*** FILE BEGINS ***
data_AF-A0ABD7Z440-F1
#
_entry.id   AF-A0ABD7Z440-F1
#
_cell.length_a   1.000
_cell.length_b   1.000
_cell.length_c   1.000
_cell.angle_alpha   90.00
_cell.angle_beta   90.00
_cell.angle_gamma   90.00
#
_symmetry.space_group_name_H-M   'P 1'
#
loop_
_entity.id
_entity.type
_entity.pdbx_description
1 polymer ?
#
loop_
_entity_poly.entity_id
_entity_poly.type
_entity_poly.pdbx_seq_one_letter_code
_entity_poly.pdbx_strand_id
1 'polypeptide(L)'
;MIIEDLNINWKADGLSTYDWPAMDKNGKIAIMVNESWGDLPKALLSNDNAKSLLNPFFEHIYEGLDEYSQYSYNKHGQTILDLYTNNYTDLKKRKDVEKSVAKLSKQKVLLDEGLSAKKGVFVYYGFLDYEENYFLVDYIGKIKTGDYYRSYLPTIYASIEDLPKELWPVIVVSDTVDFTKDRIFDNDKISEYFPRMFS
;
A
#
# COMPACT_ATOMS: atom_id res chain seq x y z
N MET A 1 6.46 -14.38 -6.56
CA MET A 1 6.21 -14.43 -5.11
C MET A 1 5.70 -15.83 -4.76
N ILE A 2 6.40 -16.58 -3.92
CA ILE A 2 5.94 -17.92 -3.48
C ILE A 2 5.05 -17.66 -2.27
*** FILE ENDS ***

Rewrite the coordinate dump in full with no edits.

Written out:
data_AF-A0ABD7Z440-F1
#
_entry.id   AF-A0ABD7Z440-F1
#
_cell.length_a   1.000
_cell.length_b   1.000
_cell.length_c   1.000
_cell.angle_alpha   90.00
_cell.angle_beta   90.00
_cell.angle_gamma   90.00
#
_symmetry.space_group_name_H-M   'P 1'
#
loop_
_entity.id
_entity.type
_entity.pdbx_description
1 polymer ?
#
loop_
_entity_poly.entity_id
_entity_poly.type
_entity_poly.pdbx_seq_one_letter_code
_entity_poly.pdbx_strand_id
1 'polypeptide(L)'
;MIIEDLNINWKADGLSTYDWPAMDKNGKIAIMVNESWGDLPKALLSNDNAKSLLNPFFEHIYEGLDEYSQYSYNKHGQTILDLYTNNYTDLKKRKDVEKSVAKLSKQKVLLDEGLSAKKGVFVYYGFLDYEENYFLVDYIGKIKTGDYYRSYLPTIYASIEDLPKELWPVIVVSDTVDFTKDRIFDNDKISEYFPRMFS
;
A
#
# COMPACT_ATOMS: atom_id res chain seq x y z
N MET A 1 6.46 -14.38 -6.56
CA MET A 1 6.21 -14.43 -5.11
C MET A 1 5.70 -15.83 -4.76
N ILE A 2 6.40 -16.58 -3.92
CA ILE A 2 5.94 -17.92 -3.48
C ILE A 2 5.05 -17.66 -2.27